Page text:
In early February 2019, Venus continues to dominate the pre-sunrise sky. Saturn emerges from its solar conjunction in January. Venus passes 1.1° to the upper left of Saturn on the morning of February 18, less than 4 weeks after its Jupiter conjunction. Here are the events leading up to the Saturn conjunction:
- February 1: Saturn (m = 0.6) rises just before the beginning of twilight. At 45 minutes before sunrise, Venus (m = −4.3), 18° up in the southeast, is 18° to the upper right of Saturn, 7° up in the southeast. Jupiter (m = −1.9) is nearly 10° to the upper right of Venus. The waning crescent moon (26.5 days old, 10% illuminated) is about midway between Venus and Saturn. ( The magnitude, m, of a star is a numerical value assigned to its brightness. The brightest stars have a magnitude of 1. However, the planets and exceptionally bright stars, like Sirius, are brighter. So in order to rank really bright celestial objects, the magnitudes become negative. The sun is so bright (m=-26) it makes daytime on our planet! So looking at the magnitudes here, Venus is brighter than Jupiter; Jupiter is brighter than Saturn. Even when the moon displays a thin crescent it is brighter than Venus.)
- February 2: The waning crescent moon (27.5 days old, 5% illuminated) is 3.1° to the lower left of Saturn. The Venus-Saturn gap is 16.7°.
- The gap continues to close: Feb. 9, 9.3°; Feb. 10, 8.6°; Feb. 11, 7.3°; Feb. 12, 6.1°; Feb. 13, 5.1°; Feb. 14, 4°; Feb. 15, 3.3°; Feb. 16; 2.2°; Feb. 17, 1.5°. As we look at the moon, it is about 0.5° across. That’s about equal to the size of your pointer finger when you stretch out your arm. Two full moon diameters is 1.0°.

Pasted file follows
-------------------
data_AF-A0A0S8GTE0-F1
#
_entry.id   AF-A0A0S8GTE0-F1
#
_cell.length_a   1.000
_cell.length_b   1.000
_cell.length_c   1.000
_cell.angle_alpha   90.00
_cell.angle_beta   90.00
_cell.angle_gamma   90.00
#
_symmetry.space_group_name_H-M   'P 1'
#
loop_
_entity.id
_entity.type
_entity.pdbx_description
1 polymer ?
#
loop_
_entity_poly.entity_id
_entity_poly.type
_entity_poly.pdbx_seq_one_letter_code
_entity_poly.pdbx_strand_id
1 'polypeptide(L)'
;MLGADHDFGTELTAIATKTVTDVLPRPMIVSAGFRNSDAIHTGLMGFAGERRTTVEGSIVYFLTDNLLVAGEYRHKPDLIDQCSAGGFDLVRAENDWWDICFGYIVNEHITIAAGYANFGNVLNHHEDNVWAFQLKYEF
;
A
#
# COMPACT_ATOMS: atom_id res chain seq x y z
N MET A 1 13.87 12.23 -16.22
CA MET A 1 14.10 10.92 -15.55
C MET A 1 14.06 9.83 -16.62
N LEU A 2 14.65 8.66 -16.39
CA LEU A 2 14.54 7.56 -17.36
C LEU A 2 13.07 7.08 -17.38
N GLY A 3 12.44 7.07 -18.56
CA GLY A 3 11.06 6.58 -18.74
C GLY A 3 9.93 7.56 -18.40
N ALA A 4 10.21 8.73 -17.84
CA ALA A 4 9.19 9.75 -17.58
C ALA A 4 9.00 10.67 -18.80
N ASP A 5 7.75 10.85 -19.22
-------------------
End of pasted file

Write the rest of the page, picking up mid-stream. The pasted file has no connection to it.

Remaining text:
- Feb. 18, Conjunction morning! The separation is 1.1°. Venus is to the upper left of Saturn. The planets look close, but they are about 900 million miles apart. Traveling at the speed of our fastest spacecraft (25,000 miles per hour), the distance between them could be traversed in over 4 years! After the conjunction the gap widens: 19, 1.4°; Feb. 20, 2.4°; Venus is to the left of Saturn.
A second Venus-Saturn conjunction occurs during Saturn’s 2019 apparition. It occurs in the southwest in mid-December.
Here is our feature article about Venus and its 2018-2019 appearance:
Here is a summary of the next six Venus-Saturn conjunctions:
Venus-Saturn Conjunctions, 2019-2025
|December 10, 2019||Southwest after sunset.||1.8°||Look for the pair in the southwest after sunset. Venus is to the lower left of Saturn.|
|February 6, 2021||Southeast before sunrise.||0.5°||This is a very difficult conjunction to see. Venus is only 2° up 10 minutes before sunrise.|
|March 29, 2022||East-southeast before sunrise.||2.1°||About an hour before sunrise, the pair is easy to see. Venus is to the upper left of Saturn. Mars is nearby, 4.4° to the upper right of Saturn. On the morning before the conjunction, the waning crescent moon joins the scene.|
|January 22, 2023||West-southwest after sunset.||0.3°||The pair is 8° up one hour after sunset. Venus is left of Saturn. The waxing crescent moon is about 8° to the upper left of Venus on the evening before the conjunction|
|March 21, 2024||East before sunrise.||0.6°||This is another difficult conjunction to view. The pair is less than 5° up 10 minutes before sunrise. Venus is to the upper right of Saturn.|
|January 20, 2025||Southwest after sunset.||2.2°||This is an easily viewed conjunction. Venus is to the upper left of Saturn. The pair is over 20° up in the southwest 2 hours after sunset.|